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What Happens When a Pedestrian Is Injured While Illegally Crossing the Road?

Can a Jaywalking Pedestrian Recover Damages after Being Hit by a Car?

What Happens When a Pedestrian Is Injured While Illegally Crossing the Road?When a motorist drives carelessly and hits a pedestrian, the consequences can be serious and catastrophic, and often tragic. The driver may have turned a corner without looking to see if someone was in the crosswalk, or may simply have been driving too fast under the conditions. But what happens when a pedestrian crosses the road in the middle of the block or otherwise in violation of the law or safety guidelines? Is the driver off the hook? Not necessarily.

The Concept of “Shared Fault”

Both drivers and pedestrians are obligated to follow the law. Drivers must obey speed limits, stop at all appropriate signs or signals, and use appropriate caution in all situations. Pedestrians are typically required to cross at corners or in crosswalks, and are often not allowed on certain parts of high-speed roads.

A pedestrian who violates one of the laws governing crossing or traveling along a road may be partially liable or wholly liable for injuries suffered. If a person steps out in front of a car (illegally) and the driver engaged in reasonable actions, but could not avoid the pedestrian, the pedestrian will likely be considered entirely responsible for his own injuries. If, however, the driver was not acting reasonably or failed to act reasonably after observing the pedestrian, the fault may lie with the driver, or it may be shared between the parties.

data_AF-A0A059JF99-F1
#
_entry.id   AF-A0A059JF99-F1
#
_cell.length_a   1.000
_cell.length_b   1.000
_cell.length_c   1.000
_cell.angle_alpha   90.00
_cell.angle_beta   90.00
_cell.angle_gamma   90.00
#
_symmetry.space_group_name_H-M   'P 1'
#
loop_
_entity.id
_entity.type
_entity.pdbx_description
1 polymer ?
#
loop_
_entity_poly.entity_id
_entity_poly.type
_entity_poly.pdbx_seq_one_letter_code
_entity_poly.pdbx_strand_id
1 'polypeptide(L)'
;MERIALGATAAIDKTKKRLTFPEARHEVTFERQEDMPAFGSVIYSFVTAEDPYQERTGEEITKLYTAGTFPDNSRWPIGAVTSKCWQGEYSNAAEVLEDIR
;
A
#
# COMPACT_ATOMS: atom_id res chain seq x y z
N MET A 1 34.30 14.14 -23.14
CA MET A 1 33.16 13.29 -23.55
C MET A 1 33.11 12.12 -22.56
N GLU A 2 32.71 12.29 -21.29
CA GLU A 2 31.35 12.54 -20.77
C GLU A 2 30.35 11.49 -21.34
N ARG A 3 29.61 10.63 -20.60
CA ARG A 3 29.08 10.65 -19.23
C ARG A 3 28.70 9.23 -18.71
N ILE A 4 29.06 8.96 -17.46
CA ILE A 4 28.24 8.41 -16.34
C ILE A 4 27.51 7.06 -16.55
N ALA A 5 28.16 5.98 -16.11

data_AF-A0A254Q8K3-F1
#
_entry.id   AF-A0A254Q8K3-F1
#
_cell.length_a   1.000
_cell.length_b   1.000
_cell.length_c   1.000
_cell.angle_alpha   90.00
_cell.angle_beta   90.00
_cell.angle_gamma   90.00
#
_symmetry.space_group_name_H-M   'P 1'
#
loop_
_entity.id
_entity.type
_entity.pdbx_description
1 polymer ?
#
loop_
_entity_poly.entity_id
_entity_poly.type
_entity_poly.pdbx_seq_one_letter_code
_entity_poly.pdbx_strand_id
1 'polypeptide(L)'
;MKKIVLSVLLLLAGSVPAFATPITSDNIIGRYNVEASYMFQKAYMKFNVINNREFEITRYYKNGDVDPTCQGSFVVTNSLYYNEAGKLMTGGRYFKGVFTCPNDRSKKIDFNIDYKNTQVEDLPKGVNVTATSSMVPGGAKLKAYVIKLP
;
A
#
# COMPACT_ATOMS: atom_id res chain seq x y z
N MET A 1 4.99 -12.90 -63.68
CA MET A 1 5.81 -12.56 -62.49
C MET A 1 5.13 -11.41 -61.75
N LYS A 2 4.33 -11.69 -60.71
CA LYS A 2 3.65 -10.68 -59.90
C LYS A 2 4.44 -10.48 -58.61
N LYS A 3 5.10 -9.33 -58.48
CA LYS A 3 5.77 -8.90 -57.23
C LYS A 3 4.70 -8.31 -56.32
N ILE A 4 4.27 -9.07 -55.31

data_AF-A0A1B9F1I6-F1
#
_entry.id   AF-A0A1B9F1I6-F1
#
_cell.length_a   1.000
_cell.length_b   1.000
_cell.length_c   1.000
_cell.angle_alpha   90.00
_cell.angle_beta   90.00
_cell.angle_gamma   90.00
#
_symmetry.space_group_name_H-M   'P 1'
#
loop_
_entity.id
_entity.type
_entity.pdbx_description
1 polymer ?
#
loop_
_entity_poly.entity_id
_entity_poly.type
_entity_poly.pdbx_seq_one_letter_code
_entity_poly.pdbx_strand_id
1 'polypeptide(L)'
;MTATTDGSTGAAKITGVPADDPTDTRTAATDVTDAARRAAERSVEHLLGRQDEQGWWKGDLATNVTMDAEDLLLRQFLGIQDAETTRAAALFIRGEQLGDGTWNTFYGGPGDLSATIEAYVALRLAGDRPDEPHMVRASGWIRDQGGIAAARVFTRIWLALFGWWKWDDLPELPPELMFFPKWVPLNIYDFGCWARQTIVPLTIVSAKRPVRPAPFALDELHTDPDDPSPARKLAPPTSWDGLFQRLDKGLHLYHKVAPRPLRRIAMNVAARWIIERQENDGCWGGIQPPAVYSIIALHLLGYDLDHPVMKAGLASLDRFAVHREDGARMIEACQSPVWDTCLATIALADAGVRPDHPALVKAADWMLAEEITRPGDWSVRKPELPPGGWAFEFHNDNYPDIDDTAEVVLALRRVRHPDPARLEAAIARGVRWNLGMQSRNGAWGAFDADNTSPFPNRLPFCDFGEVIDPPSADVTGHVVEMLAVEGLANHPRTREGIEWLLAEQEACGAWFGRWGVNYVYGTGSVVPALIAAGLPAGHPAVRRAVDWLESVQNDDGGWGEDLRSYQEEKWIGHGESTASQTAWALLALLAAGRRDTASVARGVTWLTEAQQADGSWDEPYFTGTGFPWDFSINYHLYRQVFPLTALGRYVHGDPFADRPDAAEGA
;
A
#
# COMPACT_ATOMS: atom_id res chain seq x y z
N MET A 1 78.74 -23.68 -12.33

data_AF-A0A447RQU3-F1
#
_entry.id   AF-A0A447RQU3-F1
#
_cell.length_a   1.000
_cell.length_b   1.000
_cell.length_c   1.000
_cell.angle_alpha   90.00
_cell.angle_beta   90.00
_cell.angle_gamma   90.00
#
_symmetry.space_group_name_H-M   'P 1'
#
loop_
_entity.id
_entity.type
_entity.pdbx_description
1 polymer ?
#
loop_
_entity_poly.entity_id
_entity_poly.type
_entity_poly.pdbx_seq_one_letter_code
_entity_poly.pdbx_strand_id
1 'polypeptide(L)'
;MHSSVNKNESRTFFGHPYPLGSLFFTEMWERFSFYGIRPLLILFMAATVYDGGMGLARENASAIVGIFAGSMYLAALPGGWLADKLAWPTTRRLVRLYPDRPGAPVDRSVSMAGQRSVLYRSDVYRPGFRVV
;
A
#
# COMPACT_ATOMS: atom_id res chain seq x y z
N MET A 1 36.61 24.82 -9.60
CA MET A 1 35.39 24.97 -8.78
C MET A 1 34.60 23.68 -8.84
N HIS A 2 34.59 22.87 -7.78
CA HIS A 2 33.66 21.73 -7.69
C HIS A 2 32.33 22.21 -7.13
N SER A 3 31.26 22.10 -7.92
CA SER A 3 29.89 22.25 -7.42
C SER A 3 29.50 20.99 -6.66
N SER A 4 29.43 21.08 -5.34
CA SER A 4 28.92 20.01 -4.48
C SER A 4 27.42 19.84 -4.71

In New Jersey, when both parties have some degree of liability, the concept of comparative negligence applies. With comparative negligence, the court determines the full amount of the losses suffered by the injured party, identifies the degree to which the injured party caused the accident, and reduces the damage award by that percentage. New Jersey has adopted what is referred to as “modified comparative negligence.” Under the comparative negligence statute in New Jersey, an injured party must be less than 50% responsible for the accident in order to recover any compensation.

Accordingly, if a person jaywalks in front of a car in New Jersey, but the driver has ample time to stop, slow down or avoid the pedestrian, but unreasonably fails to do so, the driver may be fully or partially liable.

Contact Attorney Howard D. Popper

To learn your options when you have been injured because of someone else’s carelessness, contact our office online or call attorney Popper at 973-993-8787. We have offices in Morristown and Newton, but will come to your home or the hospital, if necessary. There is no charge for your first consultation.